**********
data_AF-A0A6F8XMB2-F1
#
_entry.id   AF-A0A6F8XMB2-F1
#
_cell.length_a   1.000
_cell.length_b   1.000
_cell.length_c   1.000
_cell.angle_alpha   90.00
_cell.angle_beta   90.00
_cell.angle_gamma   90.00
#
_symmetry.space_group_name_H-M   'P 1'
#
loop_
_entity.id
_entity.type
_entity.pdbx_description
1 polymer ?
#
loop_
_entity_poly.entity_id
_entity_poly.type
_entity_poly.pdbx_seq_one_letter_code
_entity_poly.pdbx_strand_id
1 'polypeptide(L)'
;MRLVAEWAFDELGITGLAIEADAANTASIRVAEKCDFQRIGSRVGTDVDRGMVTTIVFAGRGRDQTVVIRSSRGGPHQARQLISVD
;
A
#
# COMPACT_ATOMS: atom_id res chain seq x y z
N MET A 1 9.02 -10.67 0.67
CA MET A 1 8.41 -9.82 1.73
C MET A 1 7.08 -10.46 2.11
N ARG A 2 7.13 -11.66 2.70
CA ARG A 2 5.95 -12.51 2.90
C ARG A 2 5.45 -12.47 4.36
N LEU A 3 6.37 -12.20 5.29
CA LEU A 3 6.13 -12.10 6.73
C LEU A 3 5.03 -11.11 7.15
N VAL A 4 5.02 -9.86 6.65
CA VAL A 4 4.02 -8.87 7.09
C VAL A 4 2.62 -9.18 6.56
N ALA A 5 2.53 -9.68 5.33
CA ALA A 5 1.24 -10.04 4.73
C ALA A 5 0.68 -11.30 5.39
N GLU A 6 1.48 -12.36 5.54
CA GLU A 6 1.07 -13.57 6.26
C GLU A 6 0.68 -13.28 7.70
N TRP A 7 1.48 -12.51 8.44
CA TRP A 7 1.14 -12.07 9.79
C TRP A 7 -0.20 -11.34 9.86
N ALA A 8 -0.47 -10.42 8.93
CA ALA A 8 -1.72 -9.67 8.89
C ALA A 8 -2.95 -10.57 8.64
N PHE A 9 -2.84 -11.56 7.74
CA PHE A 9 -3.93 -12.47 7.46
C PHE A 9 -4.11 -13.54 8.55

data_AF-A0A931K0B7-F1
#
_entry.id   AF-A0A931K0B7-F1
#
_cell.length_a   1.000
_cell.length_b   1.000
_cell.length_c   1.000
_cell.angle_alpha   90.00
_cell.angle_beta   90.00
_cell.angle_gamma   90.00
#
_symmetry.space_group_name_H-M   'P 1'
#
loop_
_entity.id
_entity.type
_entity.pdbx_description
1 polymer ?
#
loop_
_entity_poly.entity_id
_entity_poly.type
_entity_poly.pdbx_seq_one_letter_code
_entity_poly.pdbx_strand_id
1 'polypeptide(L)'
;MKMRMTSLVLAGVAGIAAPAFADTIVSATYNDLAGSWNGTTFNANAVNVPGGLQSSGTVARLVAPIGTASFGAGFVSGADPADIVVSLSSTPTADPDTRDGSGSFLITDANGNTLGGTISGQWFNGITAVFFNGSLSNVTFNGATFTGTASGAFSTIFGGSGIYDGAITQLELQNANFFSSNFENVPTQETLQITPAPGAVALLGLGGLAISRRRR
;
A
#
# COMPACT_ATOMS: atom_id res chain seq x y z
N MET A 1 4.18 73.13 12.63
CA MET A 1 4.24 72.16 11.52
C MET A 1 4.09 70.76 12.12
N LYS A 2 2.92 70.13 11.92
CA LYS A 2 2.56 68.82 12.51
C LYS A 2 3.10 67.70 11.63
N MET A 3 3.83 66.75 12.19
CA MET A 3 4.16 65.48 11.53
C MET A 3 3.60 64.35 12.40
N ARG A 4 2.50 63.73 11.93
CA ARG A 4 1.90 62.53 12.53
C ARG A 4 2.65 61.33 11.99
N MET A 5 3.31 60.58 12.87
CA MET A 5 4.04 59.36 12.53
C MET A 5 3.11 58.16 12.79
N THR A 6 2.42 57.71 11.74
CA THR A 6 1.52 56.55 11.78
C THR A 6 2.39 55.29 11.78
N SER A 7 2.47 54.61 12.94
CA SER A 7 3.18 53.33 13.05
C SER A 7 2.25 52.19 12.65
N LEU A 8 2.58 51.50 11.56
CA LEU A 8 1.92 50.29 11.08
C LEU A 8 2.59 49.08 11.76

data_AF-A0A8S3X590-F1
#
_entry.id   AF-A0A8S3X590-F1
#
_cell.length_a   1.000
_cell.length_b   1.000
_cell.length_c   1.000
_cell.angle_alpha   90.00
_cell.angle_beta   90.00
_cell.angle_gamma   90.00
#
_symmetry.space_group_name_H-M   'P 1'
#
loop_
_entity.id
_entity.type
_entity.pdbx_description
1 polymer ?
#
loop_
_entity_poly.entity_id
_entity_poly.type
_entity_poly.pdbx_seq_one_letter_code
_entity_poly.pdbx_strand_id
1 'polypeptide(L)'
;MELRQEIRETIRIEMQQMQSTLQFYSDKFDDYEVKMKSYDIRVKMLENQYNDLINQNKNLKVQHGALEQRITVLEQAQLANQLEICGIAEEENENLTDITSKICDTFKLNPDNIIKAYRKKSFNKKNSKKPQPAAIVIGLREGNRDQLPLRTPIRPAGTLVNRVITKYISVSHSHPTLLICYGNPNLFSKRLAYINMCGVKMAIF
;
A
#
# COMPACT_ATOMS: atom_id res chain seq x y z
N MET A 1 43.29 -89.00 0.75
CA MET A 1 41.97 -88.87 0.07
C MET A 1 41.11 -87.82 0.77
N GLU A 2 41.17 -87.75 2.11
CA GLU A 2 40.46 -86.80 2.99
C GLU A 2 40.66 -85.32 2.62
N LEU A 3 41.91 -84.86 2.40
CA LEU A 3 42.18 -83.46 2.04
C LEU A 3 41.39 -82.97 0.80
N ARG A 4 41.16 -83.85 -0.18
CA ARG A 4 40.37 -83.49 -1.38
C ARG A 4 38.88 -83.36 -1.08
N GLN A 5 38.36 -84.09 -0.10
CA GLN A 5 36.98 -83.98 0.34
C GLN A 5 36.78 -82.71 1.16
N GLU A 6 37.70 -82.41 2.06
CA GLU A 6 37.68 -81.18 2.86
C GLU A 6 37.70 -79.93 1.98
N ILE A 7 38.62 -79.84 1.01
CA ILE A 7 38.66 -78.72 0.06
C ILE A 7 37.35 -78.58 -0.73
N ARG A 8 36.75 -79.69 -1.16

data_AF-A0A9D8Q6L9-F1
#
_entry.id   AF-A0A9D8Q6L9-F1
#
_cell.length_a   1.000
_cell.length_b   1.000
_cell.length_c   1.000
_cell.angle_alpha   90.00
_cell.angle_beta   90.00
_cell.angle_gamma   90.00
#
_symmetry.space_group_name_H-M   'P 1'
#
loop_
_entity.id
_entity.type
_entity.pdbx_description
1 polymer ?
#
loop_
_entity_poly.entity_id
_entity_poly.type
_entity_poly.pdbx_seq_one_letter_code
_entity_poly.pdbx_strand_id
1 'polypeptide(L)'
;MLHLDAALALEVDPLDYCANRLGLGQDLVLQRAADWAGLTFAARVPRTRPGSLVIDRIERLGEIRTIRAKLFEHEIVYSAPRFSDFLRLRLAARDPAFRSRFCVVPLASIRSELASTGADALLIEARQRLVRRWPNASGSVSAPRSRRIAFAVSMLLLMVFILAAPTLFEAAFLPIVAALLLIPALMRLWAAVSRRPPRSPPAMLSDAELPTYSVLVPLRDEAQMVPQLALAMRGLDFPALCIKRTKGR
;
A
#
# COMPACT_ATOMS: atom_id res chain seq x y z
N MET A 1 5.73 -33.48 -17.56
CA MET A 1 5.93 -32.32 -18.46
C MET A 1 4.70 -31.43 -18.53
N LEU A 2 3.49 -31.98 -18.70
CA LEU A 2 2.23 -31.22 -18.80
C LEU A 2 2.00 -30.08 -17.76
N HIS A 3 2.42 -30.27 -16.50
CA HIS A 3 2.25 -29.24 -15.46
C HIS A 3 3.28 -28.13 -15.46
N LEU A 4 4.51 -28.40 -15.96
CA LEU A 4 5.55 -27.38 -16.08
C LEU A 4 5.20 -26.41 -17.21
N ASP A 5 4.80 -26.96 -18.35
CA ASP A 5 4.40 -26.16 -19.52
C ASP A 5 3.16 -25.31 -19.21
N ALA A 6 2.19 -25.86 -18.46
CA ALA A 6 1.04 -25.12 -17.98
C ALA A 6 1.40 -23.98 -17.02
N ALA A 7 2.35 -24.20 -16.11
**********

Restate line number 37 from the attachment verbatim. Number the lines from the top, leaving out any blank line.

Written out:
N LEU A 3 6.37 -12.20 5.29